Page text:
The Greens remain confident extra taxpayer funds going to Forestry Tasmania have been necessary for non-commercial functions only, despite new figures revealing the bulk of the money has been used for salaries and unspecified overheads.
A breakdown of the $8.3 million given to Forestry Tasmania this financial year tabled in Parliament yesterday showed $3 million was spent on wages and $2.8 million on overheads.
Greens leader Nick McKim, who has repeatedly said ''not one dollar of the $35 million contingency fund should be used to prop up the ailing business'' said that did not mean the money was not spent on community service obligations such as reserve management.
''The Treasury briefing received by the Greens last year outlined the expenditure criteria. The payments detailed today (Tuesday) are for CSO functions only, including fire management, which the Greens are comfortable with,'' Mr McKim said.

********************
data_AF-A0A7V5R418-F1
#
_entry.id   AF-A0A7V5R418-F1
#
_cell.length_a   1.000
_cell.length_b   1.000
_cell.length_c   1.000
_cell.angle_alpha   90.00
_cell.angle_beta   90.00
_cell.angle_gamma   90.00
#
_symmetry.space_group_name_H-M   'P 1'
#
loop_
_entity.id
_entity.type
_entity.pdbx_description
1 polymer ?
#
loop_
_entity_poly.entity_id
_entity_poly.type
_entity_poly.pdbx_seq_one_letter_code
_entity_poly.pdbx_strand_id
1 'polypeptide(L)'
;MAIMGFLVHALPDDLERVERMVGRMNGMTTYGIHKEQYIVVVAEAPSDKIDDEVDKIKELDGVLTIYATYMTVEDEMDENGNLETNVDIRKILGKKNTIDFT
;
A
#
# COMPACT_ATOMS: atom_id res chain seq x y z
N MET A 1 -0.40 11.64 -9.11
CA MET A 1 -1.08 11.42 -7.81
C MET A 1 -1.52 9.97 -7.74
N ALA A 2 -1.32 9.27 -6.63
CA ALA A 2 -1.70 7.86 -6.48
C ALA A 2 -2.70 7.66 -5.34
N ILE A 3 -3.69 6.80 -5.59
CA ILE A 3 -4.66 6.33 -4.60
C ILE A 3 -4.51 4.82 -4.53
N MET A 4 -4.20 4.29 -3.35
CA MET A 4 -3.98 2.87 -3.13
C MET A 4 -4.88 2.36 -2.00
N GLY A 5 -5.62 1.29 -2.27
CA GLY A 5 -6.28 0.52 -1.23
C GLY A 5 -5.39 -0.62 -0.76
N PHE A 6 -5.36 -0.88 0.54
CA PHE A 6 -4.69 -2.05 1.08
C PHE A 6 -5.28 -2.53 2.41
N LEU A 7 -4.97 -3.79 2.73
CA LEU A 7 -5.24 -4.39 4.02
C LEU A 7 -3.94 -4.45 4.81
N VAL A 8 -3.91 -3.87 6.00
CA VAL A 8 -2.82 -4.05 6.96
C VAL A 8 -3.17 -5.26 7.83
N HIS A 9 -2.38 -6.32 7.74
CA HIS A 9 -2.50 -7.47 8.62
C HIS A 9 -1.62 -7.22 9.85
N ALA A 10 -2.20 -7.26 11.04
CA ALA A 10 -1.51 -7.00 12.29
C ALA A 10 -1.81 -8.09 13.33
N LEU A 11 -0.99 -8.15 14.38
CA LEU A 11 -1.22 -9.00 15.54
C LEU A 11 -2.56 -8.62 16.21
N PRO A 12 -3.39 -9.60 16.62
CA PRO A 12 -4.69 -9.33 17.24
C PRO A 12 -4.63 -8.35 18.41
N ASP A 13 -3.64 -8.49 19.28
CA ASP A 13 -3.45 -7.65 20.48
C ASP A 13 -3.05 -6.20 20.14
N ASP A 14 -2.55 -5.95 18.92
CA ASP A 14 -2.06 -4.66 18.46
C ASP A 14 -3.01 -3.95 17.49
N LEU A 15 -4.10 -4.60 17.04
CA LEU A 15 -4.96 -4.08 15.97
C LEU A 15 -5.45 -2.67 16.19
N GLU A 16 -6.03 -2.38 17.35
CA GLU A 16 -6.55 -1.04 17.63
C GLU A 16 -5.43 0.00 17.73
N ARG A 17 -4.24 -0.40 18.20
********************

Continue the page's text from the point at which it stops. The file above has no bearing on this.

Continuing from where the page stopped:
Earlier, Greens MHA Kim Booth said any use of the funds for commercial purposes would be concerning.
''If that's the case then that's actually a very serious matter that further public money might be wasted on an organisation that we know has no future,'' Mr Booth said.
''However, the restructuring of Forestry Tasmania, which has now been announced will prevent that occurring in the future.''
On Monday, the state government announced Forestry Tasmania would be split in two and responsibility for reserves transferred to a new parks authority within the Environment Department.
The Greens will support the major restructure even though it will see Forestry Tasmania retain control of production forests which they have campaigned strongly against.
Mr Booth has been the harshest critic of the ``basket case rogue agency'', but he said yesterday the changes were better than nothing.
He said it would force Forestry Tasmania to be more transparent.
''It will actually expose Forestry Tasmania to a proper commercial accountability and so forth. Whereas when they were a broader organisation they were able to pretend a lot of the money that they were losing on forestry operations was being spent on parks maintenance and other non-core activity.''